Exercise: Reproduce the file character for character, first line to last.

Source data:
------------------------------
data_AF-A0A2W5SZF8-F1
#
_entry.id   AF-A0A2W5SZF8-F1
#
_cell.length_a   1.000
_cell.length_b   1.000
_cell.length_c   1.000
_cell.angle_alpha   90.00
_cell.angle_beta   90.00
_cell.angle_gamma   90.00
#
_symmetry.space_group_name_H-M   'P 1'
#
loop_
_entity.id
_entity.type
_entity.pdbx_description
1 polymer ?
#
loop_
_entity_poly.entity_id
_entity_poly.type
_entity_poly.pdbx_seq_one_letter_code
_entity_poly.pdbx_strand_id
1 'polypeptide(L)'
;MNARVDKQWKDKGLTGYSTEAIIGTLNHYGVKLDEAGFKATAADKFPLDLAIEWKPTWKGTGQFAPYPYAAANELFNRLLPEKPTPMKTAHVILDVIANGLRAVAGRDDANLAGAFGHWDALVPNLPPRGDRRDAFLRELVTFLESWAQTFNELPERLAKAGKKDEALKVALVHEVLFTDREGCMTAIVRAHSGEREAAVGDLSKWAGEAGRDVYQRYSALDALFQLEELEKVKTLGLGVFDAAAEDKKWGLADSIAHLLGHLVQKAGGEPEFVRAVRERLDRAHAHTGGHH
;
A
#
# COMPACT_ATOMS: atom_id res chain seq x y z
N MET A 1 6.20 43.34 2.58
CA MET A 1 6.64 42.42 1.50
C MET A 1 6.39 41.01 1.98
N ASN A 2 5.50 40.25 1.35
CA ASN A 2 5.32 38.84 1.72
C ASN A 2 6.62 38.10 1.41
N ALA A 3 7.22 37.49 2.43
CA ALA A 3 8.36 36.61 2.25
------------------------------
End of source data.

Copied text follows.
data_AF-A0A2W5SZF8-F1
#
_entry.id   AF-A0A2W5SZF8-F1
#
_cell.length_a   1.000
_cell.length_b   1.000
_cell.length_c   1.000
_cell.angle_alpha   90.00
_cell.angle_beta   90.00
_cell.angle_gamma   90.00
#
_symmetry.space_group_name_H-M   'P 1'
#
loop_
_entity.id
_entity.type
_entity.pdbx_description
1 polymer ?
#
loop_
_entity_poly.entity_id
_entity_poly.type
_entity_poly.pdbx_seq_one_letter_code
_entity_poly.pdbx_strand_id
1 'polypeptide(L)'
;MNARVDKQWKDKGLTGYSTEAIIGTLNHYGVKLDEAGFKATAADKFPLDLAIEWKPTWKGTGQFAPYPYAAANELFNRLLPEKPTPMKTAHVILDVIANGLRAVAGRDDANLAGAFGHWDALVPNLPPRGDRRDAFLRELVTFLESWAQTFNELPERLAKAGKKDEALKVALVHEVLFTDREGCMTAIVRAHSGEREAAVGDLSKWAGEAGRDVYQRYSALDALFQLEELEKVKTLGLGVFDAAAEDKKWGLADSIAHLLGHLVQKAGGEPEFVRAVRERLDRAHAHTGGHH
;
A
#
# COMPACT_ATOMS: atom_id res chain seq x y z
N MET A 1 6.20 43.34 2.58
CA MET A 1 6.64 42.42 1.50
C MET A 1 6.39 41.01 1.98
N ASN A 2 5.50 40.25 1.35
CA ASN A 2 5.32 38.84 1.72
C ASN A 2 6.62 38.10 1.41
N ALA A 3 7.22 37.49 2.43
CA ALA A 3 8.36 36.61 2.25